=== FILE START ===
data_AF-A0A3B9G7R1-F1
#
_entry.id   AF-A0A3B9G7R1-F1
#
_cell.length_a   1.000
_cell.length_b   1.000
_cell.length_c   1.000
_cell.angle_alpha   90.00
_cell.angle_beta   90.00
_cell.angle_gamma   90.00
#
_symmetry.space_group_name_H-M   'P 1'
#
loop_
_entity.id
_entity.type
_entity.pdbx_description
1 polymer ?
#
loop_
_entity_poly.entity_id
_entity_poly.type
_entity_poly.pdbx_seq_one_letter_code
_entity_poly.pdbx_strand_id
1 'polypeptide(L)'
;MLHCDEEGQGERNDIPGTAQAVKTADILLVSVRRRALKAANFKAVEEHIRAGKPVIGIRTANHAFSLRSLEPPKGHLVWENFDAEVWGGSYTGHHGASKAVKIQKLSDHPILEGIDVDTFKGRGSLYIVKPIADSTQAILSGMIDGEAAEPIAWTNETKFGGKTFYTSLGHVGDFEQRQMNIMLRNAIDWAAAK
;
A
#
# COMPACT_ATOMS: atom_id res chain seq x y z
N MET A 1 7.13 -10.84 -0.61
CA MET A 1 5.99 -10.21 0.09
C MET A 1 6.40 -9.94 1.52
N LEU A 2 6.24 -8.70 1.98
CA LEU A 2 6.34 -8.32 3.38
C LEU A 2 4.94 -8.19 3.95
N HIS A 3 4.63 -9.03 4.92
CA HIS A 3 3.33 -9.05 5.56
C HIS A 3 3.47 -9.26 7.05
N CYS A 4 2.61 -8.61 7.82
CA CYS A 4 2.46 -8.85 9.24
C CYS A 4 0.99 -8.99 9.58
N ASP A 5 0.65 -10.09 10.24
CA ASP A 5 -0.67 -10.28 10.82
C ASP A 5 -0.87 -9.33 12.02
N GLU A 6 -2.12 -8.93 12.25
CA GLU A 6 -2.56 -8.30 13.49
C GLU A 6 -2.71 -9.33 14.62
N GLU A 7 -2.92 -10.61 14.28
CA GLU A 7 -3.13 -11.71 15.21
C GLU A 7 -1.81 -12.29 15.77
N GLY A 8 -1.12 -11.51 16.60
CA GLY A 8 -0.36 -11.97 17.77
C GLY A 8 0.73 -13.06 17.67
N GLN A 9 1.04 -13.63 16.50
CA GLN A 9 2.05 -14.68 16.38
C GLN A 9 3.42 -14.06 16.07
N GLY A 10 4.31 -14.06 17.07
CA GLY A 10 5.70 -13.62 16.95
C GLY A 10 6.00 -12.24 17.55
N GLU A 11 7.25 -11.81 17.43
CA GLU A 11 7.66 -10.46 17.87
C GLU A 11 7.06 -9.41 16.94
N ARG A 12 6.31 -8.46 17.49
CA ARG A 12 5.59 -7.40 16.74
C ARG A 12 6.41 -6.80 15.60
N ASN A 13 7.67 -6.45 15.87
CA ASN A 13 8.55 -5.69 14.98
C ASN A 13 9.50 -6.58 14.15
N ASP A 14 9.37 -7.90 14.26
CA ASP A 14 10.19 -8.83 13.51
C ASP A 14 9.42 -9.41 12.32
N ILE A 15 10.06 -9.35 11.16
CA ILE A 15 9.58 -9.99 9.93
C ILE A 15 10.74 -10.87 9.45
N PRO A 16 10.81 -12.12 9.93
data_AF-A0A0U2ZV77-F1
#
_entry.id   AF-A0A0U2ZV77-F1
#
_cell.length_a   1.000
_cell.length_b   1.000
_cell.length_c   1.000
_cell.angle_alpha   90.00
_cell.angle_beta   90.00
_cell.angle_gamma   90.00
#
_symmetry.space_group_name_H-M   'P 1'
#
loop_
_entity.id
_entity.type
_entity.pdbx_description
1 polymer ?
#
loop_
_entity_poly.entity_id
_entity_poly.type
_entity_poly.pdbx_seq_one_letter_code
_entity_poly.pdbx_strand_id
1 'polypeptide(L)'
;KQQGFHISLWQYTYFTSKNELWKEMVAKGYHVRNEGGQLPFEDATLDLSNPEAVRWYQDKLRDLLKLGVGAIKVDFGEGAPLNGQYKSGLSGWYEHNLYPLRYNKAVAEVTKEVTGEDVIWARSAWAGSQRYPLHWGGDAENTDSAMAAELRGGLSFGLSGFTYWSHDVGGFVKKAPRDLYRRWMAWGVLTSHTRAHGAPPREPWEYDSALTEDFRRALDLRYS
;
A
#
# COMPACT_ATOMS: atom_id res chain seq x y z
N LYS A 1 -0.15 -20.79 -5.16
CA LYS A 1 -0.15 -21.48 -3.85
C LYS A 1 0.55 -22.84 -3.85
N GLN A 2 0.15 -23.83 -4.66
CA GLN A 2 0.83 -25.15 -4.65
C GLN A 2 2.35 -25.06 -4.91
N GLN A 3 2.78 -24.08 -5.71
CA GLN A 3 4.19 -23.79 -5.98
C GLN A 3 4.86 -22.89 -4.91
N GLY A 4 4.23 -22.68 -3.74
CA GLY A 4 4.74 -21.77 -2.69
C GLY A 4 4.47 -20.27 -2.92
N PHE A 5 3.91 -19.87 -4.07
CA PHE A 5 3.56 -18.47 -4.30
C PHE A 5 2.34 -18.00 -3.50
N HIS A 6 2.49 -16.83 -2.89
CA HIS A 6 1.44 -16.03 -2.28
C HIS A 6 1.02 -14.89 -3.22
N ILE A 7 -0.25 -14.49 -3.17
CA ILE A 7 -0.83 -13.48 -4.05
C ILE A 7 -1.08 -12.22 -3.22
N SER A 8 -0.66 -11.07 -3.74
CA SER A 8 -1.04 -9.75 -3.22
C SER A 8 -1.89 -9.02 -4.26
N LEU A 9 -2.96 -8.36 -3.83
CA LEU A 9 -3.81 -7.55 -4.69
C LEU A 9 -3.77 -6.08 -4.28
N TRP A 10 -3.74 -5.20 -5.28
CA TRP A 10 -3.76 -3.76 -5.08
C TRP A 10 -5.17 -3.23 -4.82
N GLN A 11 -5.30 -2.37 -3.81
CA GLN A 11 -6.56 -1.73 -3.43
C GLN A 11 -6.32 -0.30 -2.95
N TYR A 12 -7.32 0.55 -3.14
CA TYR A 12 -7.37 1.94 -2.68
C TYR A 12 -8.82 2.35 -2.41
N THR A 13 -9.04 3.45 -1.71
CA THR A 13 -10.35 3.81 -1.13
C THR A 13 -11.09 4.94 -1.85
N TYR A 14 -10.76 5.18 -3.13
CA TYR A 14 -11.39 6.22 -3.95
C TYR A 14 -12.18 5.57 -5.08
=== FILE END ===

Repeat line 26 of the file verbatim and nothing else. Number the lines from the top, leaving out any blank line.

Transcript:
;MLHCDEEGQGERNDIPGTAQAVKTADILLVSVRRRALKAANFKAVEEHIRAGKPVIGIRTANHAFSLRSLEPPKGHLVWENFDAEVWGGSYTGHHGASKAVKIQKLSDHPILEGIDVDTFKGRGSLYIVKPIADSTQAILSGMIDGEAAEPIAWTNETKFGGKTFYTSLGHVGDFEQRQMNIMLRNAIDWAAAK